Letter of the Day | Surrogacy should be legitimised
THE EDITOR, Madam:
From as far back as 2014, there has been discourse in the local media surrounding surrogacy. Since then, publications have been sparse with latest being made in The Gleaner in 2019, which highlighted that Jamaican women are involved in surrogacy tourism.
Currently, there are no laws that regulate surrogacy in Jamaica and with that there is an increased likelihood of human rights abuses against surrogate mothers. There is also the issue of lack of legal protection for intended parents to ensure their full custody of the child/children after birth. It is, therefore, imperative that surrogacy be legitimised in Jamaica. The easiest way to facilitate this, I believe, would be through amendments to existing legislation, namely the Children (Guardianship and Custody) Act and the Children (Adoption of) Act.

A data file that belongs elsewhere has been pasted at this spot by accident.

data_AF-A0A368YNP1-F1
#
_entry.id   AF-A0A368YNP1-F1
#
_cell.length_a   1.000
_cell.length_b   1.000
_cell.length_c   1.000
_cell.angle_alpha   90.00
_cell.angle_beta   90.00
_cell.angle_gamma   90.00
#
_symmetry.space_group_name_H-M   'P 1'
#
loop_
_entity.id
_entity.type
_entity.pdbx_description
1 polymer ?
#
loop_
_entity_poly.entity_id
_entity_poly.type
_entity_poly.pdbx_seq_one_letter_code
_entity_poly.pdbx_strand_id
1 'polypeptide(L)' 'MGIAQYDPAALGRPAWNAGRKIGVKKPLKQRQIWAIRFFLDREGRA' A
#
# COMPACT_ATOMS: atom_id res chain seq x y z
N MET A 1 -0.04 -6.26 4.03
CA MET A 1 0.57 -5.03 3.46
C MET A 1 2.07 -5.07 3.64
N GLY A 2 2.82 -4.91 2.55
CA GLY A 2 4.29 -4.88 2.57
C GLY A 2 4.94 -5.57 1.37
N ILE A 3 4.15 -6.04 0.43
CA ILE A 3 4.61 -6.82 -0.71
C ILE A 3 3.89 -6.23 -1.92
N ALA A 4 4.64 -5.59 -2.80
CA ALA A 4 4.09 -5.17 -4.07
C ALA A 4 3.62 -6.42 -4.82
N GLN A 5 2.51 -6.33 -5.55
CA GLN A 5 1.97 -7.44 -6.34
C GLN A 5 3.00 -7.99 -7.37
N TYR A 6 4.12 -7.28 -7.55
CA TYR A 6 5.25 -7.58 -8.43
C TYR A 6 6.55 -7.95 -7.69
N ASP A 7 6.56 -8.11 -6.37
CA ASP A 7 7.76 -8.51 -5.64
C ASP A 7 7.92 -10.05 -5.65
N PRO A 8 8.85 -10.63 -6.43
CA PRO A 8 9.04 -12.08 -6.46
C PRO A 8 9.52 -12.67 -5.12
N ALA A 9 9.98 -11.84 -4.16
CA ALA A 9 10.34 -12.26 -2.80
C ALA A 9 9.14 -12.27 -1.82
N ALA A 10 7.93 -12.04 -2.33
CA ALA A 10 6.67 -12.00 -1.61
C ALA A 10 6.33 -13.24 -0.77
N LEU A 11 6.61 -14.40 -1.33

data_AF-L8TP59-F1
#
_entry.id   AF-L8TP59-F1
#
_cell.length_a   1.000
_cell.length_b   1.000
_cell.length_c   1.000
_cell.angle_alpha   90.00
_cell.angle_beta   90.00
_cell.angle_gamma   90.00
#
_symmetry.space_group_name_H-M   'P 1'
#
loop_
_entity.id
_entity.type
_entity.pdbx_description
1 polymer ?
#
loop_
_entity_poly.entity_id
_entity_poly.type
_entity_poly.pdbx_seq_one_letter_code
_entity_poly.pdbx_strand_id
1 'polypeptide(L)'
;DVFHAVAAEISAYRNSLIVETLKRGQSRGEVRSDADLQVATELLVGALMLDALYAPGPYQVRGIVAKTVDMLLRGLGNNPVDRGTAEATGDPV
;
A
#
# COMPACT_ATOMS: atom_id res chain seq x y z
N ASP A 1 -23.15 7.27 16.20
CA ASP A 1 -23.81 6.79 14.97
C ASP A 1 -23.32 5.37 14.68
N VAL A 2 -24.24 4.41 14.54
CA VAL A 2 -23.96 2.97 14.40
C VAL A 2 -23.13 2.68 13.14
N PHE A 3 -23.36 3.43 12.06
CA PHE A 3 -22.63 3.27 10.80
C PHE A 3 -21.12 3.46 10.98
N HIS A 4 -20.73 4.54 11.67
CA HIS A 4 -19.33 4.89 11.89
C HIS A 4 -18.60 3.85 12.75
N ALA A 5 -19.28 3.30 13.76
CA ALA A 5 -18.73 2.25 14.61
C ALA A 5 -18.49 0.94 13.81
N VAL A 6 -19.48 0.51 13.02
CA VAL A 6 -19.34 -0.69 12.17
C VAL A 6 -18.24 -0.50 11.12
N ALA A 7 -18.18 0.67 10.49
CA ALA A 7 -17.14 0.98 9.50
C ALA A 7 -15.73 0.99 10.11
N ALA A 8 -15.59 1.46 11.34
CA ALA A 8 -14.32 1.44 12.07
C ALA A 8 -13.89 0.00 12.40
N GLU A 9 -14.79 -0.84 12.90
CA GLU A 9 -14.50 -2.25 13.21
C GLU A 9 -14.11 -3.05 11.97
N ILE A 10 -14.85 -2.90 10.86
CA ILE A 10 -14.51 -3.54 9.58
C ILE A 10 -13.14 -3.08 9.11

There is no clause which explicitly states who has the right to custody. It is inferred that custody rights would automatically rest with the birth parents. That would first have to be stated explicitly, followed by amendments to the Children (Adoption of) Act to facilitate the transference of parental rights from those parents to the intended parent(s) where surrogacy is used.
Section 9 of the act outlines the power of the court to grant adoption orders. A clause would have to be added giving the court powers to grant pre-birth adoption orders to intended parents. This would be required to guarantee the intended parent(s) rights to the child/children. This would also protect surrogate mothers from having responsibility for the child/children after birth. I would also suggest that this amendment takes into consideration children who were conceived with and without the egg or sperm of the intended parent(s).
I think making these amendments would help to regulate a seemingly thriving industry.
Policy and Advocacy Manager
Equality For All Foundation